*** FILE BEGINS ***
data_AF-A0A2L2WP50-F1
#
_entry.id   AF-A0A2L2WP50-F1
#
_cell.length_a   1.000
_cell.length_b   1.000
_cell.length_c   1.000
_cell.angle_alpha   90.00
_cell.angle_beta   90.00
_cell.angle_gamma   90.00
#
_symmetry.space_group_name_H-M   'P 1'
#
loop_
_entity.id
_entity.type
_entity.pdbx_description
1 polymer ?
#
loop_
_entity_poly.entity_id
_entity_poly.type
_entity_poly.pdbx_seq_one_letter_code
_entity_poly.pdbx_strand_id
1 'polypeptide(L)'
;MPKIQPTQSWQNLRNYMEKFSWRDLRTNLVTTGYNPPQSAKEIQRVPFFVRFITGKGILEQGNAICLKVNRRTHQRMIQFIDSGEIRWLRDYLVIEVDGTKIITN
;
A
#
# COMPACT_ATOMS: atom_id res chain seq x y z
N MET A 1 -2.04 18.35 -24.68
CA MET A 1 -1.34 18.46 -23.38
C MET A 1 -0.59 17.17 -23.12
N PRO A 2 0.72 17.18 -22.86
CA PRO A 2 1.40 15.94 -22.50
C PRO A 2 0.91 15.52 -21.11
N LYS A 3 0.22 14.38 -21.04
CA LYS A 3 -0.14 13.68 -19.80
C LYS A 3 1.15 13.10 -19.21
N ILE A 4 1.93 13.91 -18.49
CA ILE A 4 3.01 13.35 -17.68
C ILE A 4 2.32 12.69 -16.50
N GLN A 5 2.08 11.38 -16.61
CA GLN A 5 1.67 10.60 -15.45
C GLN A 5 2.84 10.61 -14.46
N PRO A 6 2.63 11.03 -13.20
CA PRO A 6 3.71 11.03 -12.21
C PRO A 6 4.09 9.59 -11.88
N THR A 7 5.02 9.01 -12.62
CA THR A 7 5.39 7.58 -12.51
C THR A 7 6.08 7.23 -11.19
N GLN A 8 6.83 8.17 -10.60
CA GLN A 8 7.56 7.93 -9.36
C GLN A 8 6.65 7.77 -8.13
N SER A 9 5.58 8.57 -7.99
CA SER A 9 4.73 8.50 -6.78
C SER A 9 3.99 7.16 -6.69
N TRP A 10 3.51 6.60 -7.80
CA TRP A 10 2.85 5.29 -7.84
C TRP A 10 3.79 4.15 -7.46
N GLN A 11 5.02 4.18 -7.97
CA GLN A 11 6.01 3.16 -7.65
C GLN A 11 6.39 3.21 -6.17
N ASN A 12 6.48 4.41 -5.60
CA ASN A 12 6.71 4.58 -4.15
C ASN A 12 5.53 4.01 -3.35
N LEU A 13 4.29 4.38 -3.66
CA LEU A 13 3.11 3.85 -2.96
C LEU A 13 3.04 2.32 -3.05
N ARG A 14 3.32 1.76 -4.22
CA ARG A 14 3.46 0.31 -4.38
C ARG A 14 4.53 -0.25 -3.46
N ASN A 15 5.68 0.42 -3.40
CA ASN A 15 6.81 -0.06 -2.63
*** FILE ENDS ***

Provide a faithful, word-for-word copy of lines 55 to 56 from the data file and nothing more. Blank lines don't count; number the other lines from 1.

N SER A 9 5.58 8.57 -7.99
CA SER A 9 4.73 8.50 -6.78